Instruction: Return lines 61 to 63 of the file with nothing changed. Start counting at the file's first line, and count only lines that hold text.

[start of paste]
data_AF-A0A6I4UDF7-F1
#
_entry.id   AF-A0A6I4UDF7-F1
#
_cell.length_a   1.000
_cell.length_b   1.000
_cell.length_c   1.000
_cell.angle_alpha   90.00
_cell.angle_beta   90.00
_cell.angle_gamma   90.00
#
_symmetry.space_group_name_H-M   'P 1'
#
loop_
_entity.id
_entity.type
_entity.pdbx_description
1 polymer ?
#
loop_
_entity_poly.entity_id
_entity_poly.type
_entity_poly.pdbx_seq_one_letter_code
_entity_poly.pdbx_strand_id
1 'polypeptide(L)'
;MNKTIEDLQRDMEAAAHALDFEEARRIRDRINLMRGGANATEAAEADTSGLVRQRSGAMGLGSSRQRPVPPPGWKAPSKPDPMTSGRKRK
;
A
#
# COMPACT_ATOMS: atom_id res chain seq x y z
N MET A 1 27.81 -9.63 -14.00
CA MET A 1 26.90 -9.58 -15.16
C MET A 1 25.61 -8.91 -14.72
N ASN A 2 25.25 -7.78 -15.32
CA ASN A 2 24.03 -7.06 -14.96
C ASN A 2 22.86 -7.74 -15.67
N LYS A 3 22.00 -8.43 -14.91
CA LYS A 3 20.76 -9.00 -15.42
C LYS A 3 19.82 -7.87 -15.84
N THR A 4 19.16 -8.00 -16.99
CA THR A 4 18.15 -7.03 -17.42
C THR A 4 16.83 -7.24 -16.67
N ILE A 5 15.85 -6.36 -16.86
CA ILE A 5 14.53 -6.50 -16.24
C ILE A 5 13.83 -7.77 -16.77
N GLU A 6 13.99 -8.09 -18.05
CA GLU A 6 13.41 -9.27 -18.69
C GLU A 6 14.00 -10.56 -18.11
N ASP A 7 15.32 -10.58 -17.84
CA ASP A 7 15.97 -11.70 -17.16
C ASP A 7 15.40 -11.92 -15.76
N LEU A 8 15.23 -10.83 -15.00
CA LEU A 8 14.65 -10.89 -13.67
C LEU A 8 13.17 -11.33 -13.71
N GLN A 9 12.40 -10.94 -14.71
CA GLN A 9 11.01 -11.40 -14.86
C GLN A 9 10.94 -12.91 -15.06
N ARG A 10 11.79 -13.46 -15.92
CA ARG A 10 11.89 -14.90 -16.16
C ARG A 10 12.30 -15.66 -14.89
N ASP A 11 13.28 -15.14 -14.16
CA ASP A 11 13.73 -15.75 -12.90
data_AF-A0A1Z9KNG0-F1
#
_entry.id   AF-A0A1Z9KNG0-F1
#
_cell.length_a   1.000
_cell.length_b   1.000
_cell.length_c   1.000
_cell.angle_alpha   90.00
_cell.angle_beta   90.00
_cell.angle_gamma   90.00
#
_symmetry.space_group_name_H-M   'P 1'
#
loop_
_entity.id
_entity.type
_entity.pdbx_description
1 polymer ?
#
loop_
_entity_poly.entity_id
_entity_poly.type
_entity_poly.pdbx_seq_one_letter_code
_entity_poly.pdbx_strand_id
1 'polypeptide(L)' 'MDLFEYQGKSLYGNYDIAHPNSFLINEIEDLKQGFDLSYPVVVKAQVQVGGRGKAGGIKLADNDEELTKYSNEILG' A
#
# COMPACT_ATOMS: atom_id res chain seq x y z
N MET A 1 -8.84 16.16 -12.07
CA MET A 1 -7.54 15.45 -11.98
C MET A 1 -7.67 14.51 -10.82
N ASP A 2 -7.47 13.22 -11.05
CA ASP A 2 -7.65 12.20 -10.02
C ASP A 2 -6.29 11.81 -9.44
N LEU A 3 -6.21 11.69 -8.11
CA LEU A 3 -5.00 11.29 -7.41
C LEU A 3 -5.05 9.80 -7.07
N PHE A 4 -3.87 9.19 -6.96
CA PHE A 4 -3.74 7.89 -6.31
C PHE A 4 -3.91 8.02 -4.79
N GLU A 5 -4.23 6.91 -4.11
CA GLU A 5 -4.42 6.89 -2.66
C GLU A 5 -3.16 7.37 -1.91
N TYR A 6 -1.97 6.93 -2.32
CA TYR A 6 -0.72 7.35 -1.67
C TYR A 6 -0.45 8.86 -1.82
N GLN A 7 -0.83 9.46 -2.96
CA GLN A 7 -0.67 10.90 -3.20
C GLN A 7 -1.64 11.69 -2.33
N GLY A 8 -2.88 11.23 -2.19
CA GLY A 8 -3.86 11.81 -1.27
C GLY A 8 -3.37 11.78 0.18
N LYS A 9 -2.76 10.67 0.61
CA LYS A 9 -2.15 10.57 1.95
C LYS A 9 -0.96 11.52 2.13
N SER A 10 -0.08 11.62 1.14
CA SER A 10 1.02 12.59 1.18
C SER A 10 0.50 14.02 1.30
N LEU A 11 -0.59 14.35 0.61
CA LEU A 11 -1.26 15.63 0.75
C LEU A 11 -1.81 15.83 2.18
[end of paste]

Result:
N ASP A 11 13.28 -15.14 -14.16
CA ASP A 11 13.73 -15.75 -12.90
data_AF-A0A1Z9KNG0-F1